USDA offers help to local producers suffering from COVID-19 losses

Lewiston dairy farmer Morgan Baldwin said he is optimistic about the future of dairy farms even with COVID-19 issues.

LOGAN – It’s been a rough year for Cache County agricultural producers who have been impacted by the corona virus pandemic. But to help them through these difficult times, the United States Department of Agriculture (USDA) has come up with a program that can help offset their losses and keep them afloat.

Penny Trinca of First Frost Farm weeds her lettuce in a tunnel built to prolong the growing season.

Local farmers and ranchers can now apply for USDA’s Coronavirus Food Assistance Program which provides direct payment to offset the impact of COVID-19.

Local Farm Security Agency (FSA) officials are ready to help. They can be contacted by phone, fax or online to assist producers with the application process.

USDA is providing $9.5 billion in appropriated funding to compensate farmers for losses due to price declines that occurred between mid-January 2020 and mid-April 2020, for specialty crops for product that was shipped and spoiled or unpaid product.

The second funding source uses the Commodity Credit Corporation Charter Act to compensate producers for $6.5 billion in losses due to on-going market disruptions.

Eligible commodities include:

  • Non-specialty crops: malting barley, canola, corn, upland cotton, millet, oats, soybeans, sorghum, sunflowers, durum wheat, and hard red spring wheat
  • Wool
  • Livestock: cattle, hogs, and sheep (lambs and yearlings only)
  • Dairy
  • Specialty crops
    • Fruits: apples, avocados, blueberries, cantaloupe, grapefruit, kiwifruit, lemons, oranges, papaya, peaches, pears, raspberries, strawberries, tangerines, tomatoes, watermelons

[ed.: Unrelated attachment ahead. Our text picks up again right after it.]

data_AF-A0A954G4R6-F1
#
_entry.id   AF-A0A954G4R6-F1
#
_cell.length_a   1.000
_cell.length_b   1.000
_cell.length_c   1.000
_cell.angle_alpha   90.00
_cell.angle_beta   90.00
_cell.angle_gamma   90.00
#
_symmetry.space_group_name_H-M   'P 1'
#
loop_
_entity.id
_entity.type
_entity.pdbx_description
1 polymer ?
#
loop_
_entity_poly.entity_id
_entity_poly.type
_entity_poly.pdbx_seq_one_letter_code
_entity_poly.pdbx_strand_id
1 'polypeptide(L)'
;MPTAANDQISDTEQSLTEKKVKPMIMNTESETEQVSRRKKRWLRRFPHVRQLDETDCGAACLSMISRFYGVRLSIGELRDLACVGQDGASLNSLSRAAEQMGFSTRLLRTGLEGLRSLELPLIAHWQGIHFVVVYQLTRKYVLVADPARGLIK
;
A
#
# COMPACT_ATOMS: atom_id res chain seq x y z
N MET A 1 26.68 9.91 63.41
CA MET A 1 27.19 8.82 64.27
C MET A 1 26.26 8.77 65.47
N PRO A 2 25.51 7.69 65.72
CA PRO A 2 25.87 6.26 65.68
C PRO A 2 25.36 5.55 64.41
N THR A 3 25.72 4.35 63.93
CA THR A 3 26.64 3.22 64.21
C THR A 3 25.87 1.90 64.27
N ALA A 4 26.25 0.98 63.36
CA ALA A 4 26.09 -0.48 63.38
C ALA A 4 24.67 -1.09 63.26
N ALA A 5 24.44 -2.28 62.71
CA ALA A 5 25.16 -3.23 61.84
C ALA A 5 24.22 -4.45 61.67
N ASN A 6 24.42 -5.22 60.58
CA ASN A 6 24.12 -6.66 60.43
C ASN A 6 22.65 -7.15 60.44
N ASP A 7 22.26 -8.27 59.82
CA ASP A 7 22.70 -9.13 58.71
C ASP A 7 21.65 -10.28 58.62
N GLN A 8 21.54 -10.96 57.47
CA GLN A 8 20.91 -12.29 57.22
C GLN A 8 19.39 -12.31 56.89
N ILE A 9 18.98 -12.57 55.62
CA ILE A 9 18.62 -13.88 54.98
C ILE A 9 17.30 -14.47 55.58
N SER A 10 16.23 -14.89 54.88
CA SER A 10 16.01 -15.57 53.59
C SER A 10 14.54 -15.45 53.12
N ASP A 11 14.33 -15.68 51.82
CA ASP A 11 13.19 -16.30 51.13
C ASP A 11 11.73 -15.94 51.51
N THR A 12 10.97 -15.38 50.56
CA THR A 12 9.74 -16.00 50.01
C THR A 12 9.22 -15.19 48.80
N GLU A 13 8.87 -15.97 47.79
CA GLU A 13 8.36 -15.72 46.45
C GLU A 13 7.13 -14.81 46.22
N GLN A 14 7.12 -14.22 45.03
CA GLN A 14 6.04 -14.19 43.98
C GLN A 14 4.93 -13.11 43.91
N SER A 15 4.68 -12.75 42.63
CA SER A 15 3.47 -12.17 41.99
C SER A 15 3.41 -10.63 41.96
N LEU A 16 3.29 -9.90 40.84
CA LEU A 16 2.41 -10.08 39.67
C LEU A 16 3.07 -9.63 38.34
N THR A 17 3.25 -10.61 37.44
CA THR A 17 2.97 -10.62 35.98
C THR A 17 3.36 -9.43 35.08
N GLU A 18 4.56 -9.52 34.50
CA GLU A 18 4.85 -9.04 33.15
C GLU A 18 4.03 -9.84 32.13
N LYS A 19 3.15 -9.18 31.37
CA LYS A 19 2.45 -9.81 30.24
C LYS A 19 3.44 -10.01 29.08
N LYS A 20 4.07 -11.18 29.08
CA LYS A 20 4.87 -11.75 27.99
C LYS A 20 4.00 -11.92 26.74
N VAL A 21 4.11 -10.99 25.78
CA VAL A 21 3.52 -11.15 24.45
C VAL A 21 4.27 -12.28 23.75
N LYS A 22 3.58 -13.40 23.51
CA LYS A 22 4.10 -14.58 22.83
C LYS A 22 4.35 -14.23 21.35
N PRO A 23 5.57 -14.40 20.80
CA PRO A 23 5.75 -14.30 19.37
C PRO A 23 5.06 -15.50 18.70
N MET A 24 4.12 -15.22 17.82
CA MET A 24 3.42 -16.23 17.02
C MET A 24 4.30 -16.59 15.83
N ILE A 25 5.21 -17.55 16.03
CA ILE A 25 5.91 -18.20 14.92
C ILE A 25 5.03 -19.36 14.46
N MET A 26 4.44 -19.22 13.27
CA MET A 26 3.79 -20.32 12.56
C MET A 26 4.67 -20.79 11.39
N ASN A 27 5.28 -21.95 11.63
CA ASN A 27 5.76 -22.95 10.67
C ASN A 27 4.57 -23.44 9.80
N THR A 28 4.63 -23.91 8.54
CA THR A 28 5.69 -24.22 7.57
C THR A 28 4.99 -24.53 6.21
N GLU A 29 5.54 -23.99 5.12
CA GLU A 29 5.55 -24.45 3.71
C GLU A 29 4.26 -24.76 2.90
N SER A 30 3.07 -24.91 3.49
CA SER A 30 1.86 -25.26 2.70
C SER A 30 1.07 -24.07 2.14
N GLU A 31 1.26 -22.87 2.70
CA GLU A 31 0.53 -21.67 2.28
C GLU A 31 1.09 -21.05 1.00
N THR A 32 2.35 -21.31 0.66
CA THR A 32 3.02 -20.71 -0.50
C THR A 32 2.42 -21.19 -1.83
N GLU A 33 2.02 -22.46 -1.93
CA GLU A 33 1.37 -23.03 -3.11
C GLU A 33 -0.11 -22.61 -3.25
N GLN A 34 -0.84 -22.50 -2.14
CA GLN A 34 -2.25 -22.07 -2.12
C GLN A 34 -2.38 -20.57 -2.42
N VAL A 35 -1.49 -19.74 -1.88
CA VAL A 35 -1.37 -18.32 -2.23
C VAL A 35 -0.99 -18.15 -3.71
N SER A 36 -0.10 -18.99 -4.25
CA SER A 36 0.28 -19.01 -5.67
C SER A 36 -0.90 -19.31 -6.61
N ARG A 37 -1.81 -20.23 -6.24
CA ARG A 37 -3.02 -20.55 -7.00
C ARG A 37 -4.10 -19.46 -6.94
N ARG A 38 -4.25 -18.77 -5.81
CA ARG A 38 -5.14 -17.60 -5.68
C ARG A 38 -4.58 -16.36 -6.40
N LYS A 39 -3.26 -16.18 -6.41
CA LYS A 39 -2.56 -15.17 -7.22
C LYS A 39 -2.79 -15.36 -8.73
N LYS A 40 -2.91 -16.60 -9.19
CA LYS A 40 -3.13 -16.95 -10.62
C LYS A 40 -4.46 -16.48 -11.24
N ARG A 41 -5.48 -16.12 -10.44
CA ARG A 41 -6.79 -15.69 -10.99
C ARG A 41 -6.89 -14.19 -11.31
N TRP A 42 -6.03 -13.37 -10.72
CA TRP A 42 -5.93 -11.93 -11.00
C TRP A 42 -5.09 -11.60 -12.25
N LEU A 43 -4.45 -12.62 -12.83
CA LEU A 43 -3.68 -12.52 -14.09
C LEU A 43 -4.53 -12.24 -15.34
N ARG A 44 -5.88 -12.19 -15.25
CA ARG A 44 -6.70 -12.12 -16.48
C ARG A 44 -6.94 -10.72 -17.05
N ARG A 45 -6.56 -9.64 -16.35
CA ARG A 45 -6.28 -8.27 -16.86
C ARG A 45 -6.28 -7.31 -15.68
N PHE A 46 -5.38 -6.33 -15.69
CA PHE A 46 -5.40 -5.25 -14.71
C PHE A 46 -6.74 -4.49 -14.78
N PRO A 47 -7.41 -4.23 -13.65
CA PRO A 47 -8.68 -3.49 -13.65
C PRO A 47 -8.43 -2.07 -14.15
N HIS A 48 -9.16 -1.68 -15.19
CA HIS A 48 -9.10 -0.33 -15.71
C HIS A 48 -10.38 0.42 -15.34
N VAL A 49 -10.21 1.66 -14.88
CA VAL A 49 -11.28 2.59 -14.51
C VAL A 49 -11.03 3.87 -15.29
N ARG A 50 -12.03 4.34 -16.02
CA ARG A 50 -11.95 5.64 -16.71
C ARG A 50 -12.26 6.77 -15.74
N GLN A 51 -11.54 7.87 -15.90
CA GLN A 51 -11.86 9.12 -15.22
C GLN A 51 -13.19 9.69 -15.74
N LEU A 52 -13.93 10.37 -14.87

• Vegetables: artichokes, asparagus, broccoli, cabbage, carrots, cauliflower, celery, sweet corn, cucumbers, eggplant, garlic, iceberg lettuce, romaine lettuce, dry onions, green onions, peppers, potatoes, rhubarb, spinach, squash, sweet potatoes, taro
    • Nuts: almonds, pecans, walnuts
    • Other: beans, mushroom.

To be eligible for payments, a person or legal entity must have an average adjusted gross income of less than $900,000.00 for tax years 2016, 2017, and 2018. However, if 75 percent of their adjusted gross income comes from farming, ranching, or forestry, the AGI limit of $900,000.00 does not apply.

The Hobbs Farm Pumpkin Patch has been around since the ’90’s andthink they have found a niche in the Ag-tourism market.

Persons and legal entities also must:

  • Comply with the provisions of the “Highly Erodible Land and Wetland Conservation” regulations, often called the conservation compliance provisions;
  • If a foreign person, provides land, capital, and a substantial amount of active personal labor to the farming operation; and
  • Not have a controlled substance violation.

For more information or help signing up for the program, contact the Cache County FSA Executive Director Bruce K. Lundquist, County Executive Director at (435) 753-5480 or email bruce.lundquist@usda.gov

 

 

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1 Comment

  • kim m June 14, 2020 at 3:53 am Reply

    I am happy to see the government helping the farmers.They are what keeps us alive.I had to chuckle when i saw the 900,000$ income limit.What local farmer even makes anywhere close to that?Anyway I appreciate our local and state farmers and a lot of people in states like Utah and Idaho do not realize how much cheaper our dairy,grain,and produce prices are than the rest of the nation.Local farming is nothing more than a “labor of love” so thank you to all of you hard working farmers who put so much into it.

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